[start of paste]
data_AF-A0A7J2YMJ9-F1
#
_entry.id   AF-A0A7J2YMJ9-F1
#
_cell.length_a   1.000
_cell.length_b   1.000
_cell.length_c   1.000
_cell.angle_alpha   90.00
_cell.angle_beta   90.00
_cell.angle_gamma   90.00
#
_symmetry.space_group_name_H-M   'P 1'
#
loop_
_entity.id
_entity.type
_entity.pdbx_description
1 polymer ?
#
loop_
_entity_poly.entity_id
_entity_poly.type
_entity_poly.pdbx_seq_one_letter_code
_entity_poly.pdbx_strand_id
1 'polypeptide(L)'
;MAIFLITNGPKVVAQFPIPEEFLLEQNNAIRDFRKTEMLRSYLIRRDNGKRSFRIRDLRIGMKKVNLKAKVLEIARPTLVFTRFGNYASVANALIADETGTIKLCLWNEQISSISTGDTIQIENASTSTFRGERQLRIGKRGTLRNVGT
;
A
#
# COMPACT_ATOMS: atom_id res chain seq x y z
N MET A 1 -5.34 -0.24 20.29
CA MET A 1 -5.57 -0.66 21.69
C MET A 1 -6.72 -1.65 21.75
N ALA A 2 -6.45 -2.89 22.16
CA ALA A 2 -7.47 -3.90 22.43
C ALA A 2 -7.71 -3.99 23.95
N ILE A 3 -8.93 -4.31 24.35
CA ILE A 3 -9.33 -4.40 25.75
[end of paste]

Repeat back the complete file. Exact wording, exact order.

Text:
data_AF-A0A7J2YMJ9-F1
#
_entry.id   AF-A0A7J2YMJ9-F1
#
_cell.length_a   1.000
_cell.length_b   1.000
_cell.length_c   1.000
_cell.angle_alpha   90.00
_cell.angle_beta   90.00
_cell.angle_gamma   90.00
#
_symmetry.space_group_name_H-M   'P 1'
#
loop_
_entity.id
_entity.type
_entity.pdbx_description
1 polymer ?
#
loop_
_entity_poly.entity_id
_entity_poly.type
_entity_poly.pdbx_seq_one_letter_code
_entity_poly.pdbx_strand_id
1 'polypeptide(L)'
;MAIFLITNGPKVVAQFPIPEEFLLEQNNAIRDFRKTEMLRSYLIRRDNGKRSFRIRDLRIGMKKVNLKAKVLEIARPTLVFTRFGNYASVANALIADETGTIKLCLWNEQISSISTGDTIQIENASTSTFRGERQLRIGKRGTLRNVGT
;
A
#
# COMPACT_ATOMS: atom_id res chain seq x y z
N MET A 1 -5.34 -0.24 20.29
CA MET A 1 -5.57 -0.66 21.69
C MET A 1 -6.72 -1.65 21.75
N ALA A 2 -6.45 -2.89 22.16
CA ALA A 2 -7.47 -3.90 22.43
C ALA A 2 -7.71 -3.99 23.95
N ILE A 3 -8.93 -4.31 24.35
CA ILE A 3 -9.33 -4.40 25.75